Young IT talent can't skate by on tech prowess alone. Eight CIOs share their take on the skills that impress.
Three ways for CIOs to handle big data
Implementing new technologies in order to solve existing issues is part and parcel of the CIO's world. As new technologies appear and become validated as useful and safe for enterprise deployment, active IT departments take advantage of the new opportunities to put the technologies to work.
Big data is one of the technologies that is touted to be a solution for many issues. Technology executives who are able to move from initial deployment to a fully optimized and elegant implementation that delivers more than what was initially envisioned help to move their companies ahead of the pack.
Austin Park, senior vice president and chief technology officer for Paragon Development Systems, works with projects that involve big data and offered his thoughts on moving toward optimizing big data projects.
"Optimizing a big data environment can be a bit daunting simply due to the sheer volume of data we have to be concerned with. But you can break it down to some key areas of concern and approach them sequentially," Park said.
"One of the first considerations is the storage costs. Most organizations make storage hardware decisions based on a cost/performance formula they perform once every three years during a refresh. They need to adopt a far more granular approach when selecting appropriate storage for big data. Often making quarterly or even monthly adjustments to the storage architecture. Many are looking at software defined storage to make this process easier, but ultimately it needs to support the tools you plan on using.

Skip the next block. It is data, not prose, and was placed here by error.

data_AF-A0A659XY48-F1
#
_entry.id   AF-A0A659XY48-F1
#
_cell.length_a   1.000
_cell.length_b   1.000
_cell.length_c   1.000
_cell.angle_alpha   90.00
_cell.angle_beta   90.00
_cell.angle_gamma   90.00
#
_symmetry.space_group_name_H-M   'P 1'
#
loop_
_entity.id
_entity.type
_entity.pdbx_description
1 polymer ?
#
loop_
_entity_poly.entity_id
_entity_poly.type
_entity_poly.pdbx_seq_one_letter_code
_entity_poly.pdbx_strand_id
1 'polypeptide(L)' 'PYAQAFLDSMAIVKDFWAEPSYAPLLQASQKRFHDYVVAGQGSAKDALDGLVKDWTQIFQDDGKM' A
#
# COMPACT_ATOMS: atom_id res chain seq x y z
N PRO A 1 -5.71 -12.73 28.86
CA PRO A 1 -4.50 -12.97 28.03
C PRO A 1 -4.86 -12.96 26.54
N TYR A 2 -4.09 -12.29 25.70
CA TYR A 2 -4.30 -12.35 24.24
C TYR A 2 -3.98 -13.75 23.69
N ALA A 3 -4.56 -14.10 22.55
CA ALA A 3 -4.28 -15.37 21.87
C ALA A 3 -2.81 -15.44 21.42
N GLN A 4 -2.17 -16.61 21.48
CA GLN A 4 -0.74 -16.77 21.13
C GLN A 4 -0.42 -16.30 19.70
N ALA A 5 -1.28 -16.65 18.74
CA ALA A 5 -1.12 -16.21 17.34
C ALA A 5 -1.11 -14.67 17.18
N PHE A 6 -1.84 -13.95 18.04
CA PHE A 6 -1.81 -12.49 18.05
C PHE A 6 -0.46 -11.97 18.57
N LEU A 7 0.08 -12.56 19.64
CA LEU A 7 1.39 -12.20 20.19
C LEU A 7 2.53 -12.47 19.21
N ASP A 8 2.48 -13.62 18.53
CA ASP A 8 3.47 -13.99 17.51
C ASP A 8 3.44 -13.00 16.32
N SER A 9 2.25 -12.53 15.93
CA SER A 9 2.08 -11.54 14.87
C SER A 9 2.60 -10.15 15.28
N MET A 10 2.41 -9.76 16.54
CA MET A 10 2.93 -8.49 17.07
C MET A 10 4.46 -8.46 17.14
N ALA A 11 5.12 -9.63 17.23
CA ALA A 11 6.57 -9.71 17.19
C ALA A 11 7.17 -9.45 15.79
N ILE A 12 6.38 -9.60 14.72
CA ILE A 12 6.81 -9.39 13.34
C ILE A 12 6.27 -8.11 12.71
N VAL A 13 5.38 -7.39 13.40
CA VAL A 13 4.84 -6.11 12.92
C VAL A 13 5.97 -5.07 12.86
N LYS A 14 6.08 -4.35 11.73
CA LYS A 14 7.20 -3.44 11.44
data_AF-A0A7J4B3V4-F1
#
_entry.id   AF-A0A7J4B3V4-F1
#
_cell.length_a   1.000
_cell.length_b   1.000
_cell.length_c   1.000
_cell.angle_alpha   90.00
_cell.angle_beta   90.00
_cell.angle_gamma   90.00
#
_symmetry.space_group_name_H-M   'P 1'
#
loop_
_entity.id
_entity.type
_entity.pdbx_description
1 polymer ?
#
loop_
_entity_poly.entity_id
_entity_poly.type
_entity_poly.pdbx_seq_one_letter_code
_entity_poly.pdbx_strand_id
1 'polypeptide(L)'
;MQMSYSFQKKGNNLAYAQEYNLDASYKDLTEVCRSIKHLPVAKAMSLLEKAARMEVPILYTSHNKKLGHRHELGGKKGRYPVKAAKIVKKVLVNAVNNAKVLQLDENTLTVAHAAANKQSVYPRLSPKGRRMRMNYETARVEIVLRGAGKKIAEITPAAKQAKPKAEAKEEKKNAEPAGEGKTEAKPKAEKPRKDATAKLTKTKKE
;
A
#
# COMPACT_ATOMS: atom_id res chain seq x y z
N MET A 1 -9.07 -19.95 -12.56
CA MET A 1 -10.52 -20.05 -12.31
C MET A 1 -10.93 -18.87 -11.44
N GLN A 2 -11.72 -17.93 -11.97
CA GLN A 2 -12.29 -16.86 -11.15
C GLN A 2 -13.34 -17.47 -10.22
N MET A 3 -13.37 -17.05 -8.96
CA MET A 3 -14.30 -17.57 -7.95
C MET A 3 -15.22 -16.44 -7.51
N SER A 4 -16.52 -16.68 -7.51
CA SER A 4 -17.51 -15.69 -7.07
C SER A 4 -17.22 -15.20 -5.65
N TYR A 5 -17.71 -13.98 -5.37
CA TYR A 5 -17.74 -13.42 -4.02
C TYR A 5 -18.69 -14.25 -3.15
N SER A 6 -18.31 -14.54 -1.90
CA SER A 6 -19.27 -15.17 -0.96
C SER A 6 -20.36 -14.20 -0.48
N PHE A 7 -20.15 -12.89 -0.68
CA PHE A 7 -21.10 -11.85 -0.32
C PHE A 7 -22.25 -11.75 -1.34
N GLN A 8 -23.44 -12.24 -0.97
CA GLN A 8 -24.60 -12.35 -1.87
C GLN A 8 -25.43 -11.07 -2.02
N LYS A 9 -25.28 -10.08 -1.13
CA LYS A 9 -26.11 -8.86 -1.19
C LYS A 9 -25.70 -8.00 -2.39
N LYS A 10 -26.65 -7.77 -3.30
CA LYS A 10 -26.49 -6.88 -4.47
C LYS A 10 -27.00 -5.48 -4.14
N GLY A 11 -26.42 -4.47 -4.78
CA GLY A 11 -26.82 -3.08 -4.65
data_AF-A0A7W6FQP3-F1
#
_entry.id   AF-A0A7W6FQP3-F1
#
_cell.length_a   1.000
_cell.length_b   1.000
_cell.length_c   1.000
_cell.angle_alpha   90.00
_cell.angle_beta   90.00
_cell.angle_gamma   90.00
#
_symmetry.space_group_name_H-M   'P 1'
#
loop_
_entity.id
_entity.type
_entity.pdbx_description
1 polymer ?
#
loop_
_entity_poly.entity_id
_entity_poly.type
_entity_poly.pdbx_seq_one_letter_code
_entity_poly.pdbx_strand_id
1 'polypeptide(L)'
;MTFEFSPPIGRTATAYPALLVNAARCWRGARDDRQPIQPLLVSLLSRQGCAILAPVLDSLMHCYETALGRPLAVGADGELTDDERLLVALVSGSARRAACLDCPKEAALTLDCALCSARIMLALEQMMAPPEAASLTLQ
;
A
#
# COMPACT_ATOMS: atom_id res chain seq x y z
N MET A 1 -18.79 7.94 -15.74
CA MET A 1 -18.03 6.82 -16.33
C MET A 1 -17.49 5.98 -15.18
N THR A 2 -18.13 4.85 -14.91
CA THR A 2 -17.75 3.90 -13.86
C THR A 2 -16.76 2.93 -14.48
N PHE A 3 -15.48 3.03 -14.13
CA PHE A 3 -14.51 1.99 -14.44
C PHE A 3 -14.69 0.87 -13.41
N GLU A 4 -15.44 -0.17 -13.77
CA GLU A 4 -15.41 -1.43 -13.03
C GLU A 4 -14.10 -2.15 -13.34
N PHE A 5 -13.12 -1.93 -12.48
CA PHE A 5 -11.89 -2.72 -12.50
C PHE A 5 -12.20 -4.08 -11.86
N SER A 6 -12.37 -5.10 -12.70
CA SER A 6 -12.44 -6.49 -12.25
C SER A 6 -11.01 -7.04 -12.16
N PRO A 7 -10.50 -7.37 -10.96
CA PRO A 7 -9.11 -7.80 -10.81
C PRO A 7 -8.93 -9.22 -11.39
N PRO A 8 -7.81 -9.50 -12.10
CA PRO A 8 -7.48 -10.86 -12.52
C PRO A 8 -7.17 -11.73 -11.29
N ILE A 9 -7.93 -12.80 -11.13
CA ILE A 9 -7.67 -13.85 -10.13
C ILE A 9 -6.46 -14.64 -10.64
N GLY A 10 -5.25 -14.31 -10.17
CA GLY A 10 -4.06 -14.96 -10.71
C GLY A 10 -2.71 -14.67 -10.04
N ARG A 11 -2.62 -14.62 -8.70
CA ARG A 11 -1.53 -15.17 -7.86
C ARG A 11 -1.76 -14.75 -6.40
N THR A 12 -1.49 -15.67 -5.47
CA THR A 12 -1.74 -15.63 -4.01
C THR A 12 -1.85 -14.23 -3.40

"Secondly, big data involves big compute. Optimizing that inevitably involves taking a look at new infrastructure architectures that incorporate lots of automation to ensure that you squeeze out every last bit of computational capacity. This usually involves building your own open stack environment or leveraging a cloud service.
"Thirdly, given the amount of data we are working with, the better organized the information is, the better optimized the solution will be. This, of course, is much easier said than done. Therefore, many organizations have started the work of creating data lakes. This is a relatively new term to describe a data-centered architecture, where silos are minimized, and processing happens with little friction in a scalable, distributed environment. This means the data itself would not be encumbered by poorly-organized schema decisions that may have happened years before knowing the type of data we are working with."
Clearly the path to optimizing the use of big data is not a simple one. But since we can expect that big data will become even bigger over time, it's a journey that is better started as soon as possible, and with a solid plan in place.